A majority of human accelerated regions represents highly conserved in non-human primates DNA sequences lacking evidence of human-specific mutations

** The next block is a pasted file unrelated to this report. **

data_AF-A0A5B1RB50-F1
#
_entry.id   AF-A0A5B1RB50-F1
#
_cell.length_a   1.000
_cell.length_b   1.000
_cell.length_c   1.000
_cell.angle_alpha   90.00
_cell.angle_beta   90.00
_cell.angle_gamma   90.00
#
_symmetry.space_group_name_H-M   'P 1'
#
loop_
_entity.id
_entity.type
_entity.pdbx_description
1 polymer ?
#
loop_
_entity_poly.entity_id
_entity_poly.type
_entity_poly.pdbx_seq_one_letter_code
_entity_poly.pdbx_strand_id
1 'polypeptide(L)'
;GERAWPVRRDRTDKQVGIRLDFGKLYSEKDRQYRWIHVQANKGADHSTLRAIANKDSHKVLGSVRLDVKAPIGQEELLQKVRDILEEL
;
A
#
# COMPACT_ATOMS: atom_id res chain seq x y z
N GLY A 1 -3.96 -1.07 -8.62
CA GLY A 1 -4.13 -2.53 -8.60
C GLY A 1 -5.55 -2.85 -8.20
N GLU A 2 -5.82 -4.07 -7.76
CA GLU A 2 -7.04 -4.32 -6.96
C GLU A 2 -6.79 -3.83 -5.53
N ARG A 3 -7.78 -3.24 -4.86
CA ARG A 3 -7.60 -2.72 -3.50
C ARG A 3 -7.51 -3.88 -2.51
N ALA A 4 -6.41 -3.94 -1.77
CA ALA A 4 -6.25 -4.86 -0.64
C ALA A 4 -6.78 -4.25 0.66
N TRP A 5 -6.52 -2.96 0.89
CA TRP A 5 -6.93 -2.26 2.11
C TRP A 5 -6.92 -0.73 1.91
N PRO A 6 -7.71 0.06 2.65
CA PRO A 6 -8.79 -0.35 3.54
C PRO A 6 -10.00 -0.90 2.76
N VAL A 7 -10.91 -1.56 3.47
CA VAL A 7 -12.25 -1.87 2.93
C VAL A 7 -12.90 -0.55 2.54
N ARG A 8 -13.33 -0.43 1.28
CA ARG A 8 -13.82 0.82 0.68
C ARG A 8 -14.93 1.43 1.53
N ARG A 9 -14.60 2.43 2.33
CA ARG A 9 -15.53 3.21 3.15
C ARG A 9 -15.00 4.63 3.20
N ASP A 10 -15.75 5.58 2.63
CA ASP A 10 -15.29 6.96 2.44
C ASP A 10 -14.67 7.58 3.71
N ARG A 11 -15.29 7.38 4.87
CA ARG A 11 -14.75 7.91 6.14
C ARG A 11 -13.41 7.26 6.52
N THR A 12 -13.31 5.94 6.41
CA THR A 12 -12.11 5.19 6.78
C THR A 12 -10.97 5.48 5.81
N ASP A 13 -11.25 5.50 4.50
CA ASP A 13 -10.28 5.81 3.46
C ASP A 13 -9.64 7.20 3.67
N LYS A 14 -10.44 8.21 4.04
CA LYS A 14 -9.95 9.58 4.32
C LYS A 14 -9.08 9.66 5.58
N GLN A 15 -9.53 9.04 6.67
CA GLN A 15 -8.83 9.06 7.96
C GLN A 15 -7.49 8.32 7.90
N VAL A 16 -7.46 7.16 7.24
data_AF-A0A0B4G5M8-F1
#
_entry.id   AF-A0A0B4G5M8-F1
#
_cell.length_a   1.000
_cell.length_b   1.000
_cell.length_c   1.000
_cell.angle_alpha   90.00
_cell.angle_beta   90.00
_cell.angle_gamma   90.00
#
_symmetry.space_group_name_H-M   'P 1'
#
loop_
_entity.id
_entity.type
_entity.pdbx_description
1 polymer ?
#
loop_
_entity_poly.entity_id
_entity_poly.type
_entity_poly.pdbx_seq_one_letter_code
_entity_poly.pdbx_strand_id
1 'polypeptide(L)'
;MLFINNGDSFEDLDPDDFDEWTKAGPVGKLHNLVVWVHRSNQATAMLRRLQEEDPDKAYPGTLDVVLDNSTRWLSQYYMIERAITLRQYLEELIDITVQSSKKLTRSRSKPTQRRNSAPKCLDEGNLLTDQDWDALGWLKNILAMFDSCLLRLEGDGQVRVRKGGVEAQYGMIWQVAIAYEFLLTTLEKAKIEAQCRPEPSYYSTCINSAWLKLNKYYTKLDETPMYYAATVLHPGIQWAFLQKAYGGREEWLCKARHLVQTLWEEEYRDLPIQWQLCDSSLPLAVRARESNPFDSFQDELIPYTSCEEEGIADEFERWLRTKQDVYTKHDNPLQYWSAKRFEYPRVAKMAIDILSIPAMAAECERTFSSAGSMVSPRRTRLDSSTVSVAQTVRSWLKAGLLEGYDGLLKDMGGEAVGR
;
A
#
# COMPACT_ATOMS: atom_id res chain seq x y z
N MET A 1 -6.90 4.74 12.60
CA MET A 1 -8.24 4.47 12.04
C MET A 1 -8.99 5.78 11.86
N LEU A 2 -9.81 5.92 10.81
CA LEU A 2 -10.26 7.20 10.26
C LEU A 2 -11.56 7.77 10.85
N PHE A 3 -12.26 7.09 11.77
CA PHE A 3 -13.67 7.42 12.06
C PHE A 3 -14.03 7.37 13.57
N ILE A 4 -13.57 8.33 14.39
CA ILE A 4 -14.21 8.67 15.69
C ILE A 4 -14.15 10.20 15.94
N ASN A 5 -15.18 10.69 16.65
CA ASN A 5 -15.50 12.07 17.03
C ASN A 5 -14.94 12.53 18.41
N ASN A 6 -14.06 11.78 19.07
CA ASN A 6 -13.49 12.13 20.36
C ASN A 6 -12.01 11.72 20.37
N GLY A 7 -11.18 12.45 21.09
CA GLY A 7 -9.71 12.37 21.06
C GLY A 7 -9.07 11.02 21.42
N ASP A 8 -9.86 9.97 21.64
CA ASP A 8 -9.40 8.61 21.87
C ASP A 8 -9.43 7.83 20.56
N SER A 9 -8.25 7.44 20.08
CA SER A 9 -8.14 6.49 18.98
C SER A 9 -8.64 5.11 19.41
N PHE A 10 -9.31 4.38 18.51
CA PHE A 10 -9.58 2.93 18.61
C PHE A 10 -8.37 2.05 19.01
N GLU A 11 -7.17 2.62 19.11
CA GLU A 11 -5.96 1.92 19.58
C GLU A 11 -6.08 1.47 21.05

The sequence quality of reference genome databases is essential for the accurate definition of regulatory DNA segments as candidate human specific regulatory sequences (HSRS). It is unclear how database improvements would affect the validity of the HSRS definition. Here, sequence conservation analysis of 15,371 candidate HSRS was carried out using the most recent releases of reference genomes databases of humans and nonhuman primates (NHP) defining the conservation threshold as the minimum ratio of bases that must remap of 1.00. This analysis revealed that 2,262 of 2,739 (82.6%) sequences of human accelerated regions lack evidence of human-specific mutations and appear highly conserved in humans and NHP. Similarly, the majority (404 of 524; 77.1%) of human accelerated DNase hypersensitive sites represents highly conserved in humans and NHP regulatory sequences lacking evidence of human-specific mutations. Present analysis revealed a major database refinements effect on the validity of HSRS definition and suggests that human-specific phenotypes may evolve as a results of integration into human-specific genomic regulatory networks of both conserved in NHP and human-specific genomic regulatory elements.